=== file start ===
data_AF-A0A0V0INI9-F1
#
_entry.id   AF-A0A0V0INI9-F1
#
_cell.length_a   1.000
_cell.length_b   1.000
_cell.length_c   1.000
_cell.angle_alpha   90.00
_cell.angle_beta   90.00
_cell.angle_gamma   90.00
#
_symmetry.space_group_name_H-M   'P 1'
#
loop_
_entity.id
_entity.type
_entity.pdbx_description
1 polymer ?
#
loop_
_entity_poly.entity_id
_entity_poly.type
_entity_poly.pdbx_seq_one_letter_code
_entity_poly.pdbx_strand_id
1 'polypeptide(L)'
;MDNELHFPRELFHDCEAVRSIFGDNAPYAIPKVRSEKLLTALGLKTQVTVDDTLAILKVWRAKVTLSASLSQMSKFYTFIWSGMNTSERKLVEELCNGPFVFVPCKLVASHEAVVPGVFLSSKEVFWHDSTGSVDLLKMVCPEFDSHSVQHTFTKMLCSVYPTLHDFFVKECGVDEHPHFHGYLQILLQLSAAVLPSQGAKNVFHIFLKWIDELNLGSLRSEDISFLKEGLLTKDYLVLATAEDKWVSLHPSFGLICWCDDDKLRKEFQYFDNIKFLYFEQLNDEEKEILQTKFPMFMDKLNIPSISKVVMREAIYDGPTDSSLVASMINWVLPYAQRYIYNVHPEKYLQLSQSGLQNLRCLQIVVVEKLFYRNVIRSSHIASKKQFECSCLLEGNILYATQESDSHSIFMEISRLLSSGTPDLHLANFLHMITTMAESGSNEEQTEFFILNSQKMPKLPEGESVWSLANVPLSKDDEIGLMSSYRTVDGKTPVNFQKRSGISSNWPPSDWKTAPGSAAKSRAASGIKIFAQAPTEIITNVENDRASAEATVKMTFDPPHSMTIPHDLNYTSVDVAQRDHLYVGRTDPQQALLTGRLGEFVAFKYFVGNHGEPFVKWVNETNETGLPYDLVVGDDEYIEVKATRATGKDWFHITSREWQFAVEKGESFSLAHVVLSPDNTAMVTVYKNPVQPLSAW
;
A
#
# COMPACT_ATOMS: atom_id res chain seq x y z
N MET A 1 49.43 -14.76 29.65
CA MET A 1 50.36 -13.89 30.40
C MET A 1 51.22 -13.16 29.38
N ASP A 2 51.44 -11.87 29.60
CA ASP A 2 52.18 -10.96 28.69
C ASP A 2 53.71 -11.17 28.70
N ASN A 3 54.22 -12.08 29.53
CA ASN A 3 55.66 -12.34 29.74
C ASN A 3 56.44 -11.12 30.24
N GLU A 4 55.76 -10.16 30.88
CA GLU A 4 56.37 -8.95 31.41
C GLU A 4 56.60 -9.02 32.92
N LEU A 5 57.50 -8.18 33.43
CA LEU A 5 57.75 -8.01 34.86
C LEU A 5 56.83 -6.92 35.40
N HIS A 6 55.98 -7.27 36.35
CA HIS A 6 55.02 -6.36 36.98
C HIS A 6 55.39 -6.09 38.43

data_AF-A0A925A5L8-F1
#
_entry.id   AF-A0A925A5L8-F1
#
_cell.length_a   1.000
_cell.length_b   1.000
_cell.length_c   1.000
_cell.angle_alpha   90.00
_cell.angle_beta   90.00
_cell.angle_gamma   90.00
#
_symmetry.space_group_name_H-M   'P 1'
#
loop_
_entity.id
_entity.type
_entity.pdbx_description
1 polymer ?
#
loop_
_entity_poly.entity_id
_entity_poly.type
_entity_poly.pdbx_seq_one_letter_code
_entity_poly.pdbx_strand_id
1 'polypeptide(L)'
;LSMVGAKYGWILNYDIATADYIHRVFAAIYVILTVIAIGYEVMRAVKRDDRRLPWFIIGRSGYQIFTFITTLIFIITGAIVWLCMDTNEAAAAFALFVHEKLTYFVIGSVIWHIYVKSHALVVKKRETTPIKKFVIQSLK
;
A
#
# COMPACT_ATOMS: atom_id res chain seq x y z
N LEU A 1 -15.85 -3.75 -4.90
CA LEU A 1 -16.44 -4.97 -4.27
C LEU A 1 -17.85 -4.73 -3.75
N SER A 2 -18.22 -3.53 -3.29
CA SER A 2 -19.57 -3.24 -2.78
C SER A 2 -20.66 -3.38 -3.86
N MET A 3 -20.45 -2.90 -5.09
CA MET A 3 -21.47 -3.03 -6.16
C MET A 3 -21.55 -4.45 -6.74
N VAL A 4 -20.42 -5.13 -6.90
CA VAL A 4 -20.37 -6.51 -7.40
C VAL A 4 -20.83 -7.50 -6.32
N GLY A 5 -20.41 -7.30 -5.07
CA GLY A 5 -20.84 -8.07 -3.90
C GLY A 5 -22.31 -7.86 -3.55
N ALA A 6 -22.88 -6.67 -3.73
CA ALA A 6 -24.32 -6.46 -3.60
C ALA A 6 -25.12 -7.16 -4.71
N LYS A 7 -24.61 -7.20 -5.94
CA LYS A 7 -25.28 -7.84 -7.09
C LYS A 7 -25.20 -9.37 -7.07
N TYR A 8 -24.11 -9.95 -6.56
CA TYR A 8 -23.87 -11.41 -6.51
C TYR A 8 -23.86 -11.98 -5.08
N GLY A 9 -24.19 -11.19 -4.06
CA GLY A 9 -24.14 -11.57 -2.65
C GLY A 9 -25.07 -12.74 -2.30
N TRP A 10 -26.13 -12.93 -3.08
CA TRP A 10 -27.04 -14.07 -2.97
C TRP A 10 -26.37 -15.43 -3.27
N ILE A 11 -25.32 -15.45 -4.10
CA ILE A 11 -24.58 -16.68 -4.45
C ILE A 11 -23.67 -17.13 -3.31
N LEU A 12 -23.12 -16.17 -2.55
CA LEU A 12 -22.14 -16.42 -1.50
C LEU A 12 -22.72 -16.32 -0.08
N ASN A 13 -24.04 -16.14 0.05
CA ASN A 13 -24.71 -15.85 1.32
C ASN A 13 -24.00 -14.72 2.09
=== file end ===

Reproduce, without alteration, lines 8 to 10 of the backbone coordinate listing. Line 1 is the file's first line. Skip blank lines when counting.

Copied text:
_cell.angle_alpha   90.00
_cell.angle_beta   90.00
_cell.angle_gamma   90.00